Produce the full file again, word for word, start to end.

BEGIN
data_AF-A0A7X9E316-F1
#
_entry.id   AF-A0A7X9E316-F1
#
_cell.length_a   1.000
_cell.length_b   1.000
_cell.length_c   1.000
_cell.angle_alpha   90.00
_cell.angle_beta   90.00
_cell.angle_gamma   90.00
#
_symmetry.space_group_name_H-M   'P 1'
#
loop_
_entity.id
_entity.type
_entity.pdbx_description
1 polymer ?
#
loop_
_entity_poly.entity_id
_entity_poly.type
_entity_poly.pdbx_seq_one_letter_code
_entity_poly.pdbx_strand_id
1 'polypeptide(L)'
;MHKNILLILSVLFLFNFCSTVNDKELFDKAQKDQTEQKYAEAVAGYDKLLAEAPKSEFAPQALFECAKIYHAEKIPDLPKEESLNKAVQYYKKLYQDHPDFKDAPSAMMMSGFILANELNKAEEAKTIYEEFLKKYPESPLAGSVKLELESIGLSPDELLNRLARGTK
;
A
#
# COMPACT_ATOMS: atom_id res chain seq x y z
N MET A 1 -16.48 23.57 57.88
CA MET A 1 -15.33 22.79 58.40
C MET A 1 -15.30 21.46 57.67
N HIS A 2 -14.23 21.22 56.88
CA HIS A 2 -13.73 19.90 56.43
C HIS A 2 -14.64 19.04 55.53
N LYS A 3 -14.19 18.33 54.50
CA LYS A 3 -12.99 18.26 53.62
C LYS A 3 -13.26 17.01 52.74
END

data_AF-A0A7X9E316-F1
#
_entry.id   AF-A0A7X9E316-F1
#
_cell.length_a   1.000
_cell.length_b   1.000
_cell.length_c   1.000
_cell.angle_alpha   90.00
_cell.angle_beta   90.00
_cell.angle_gamma   90.00
#
_symmetry.space_group_name_H-M   'P 1'
#
loop_
_entity.id
_entity.type
_entity.pdbx_description
1 polymer ?
#
loop_
_entity_poly.entity_id
_entity_poly.type
_entity_poly.pdbx_seq_one_letter_code
_entity_poly.pdbx_strand_id
1 'polypeptide(L)'
;MHKNILLILSVLFLFNFCSTVNDKELFDKAQKDQTEQKYAEAVAGYDKLLAEAPKSEFAPQALFECAKIYHAEKIPDLPKEESLNKAVQYYKKLYQDHPDFKDAPSAMMMSGFILANELNKAEEAKTIYEEFLKKYPESPLAGSVKLELESIGLSPDELLNRLARGTK
;
A
#
# COMPACT_ATOMS: atom_id res chain seq x y z
N MET A 1 -16.48 23.57 57.88
CA MET A 1 -15.33 22.79 58.40
C MET A 1 -15.30 21.46 57.67
N HIS A 2 -14.23 21.22 56.88
CA HIS A 2 -13.73 19.90 56.43
C HIS A 2 -14.64 19.04 55.53
N LYS A 3 -14.19 18.33 54.50
CA LYS A 3 -12.99 18.26 53.62
C LYS A 3 -13.26 17.01 52.74